UPDATE: Maui Beaches Reopen, Experts Say Victim’s Injuries Were Most Likely Not Caused By Shark

September 21, 2020, 11:34 AM HST · Updated September 21, 2:57 PM
Wendy Osher · 24 Comments
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Update: (2:34 p.m. Sept. 21, 2020)

Shark warning signs are being removed from beaches along Maui’s south shore after experts determined that a woman injured while swimming this morning was most likely not bitten by a shark.  

Authorities with the Department of Land and Natural Resources assessed the injuries after the 61-year-old Kihei woman was transported to the hospital.  They say it is unknown what did cause her injuries.  

The woman suffered multiple puncture wounds and a laceration to her left shoulder in the incident, reported at around 11 a.m., about 120 yards offshore of Charley Young Beach.  

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At around 2:30 p.m., crews were removing shark warning signs, which had been posted from Kalama Beach Park to the Kīhei boat ramp. 

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A 61-year-old Kīhei woman suffered multiple puncture wounds and a laceration to her left shoulder in an apparent shark bite incident at Charley Young Beach in South Maui this morning.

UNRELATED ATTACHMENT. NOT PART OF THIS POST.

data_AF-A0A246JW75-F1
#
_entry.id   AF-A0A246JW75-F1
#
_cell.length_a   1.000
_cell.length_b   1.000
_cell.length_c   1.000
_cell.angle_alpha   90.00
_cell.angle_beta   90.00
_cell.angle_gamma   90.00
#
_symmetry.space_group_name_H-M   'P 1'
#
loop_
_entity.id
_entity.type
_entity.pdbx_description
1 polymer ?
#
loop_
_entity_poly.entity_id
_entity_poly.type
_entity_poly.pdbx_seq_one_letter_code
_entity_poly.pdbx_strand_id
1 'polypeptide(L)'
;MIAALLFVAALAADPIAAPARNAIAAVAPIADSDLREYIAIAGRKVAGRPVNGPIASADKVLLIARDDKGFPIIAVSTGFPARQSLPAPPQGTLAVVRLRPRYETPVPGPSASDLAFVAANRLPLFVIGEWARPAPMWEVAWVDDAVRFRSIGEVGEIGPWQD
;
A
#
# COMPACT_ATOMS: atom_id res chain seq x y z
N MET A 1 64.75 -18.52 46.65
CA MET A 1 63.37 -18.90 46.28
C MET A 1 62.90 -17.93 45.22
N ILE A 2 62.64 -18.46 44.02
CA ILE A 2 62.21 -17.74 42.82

The woman told authorities that she did not see a shark but just felt a bite.

She was swimming about 120 yards offshore when the incident occurred at around 11:11 a.m. on Monday, Sept. 21, 2020. Authorities say the ocean conditions at the time were calm and skies were overcast.

When Ocean Safety personnel arrived on scene, the victim was already on shore.  Maui Fire Services Chief Rylan Yatsushiro said the woman managed to make it to shore on her own power.

Ocean Safety and Fire personnel treated the victim for her injuries and she was transported by Medics to the Maui Memorial Medical Center for further care.

A portion of shoreline between the Kīhei Boat Ramp and the north side of Kalama Park was closed and signs are posted warning beachgoers to stay out of the water.  Ocean Safety crews are are also patrolling the water on jet skis.

Ocean safety crews have cleared the north end of Kalama Park of and Kamaʻole I of beachgoers and were checking Kamaʻole II and III.

Officials with the state Department of Land and Natural Resources say warning signs remain in place until noon tomorrow, after state and county officials have had a chance to survey the area.

*This is a developing story. Further details will be added as they become available. 

Wendy Osher
Wendy Osher leads the Maui Now news team. She is also the news voice of parent company, Pacific Media Group, having served nearly 20 years as News Director for the company’s six Maui radio stations.

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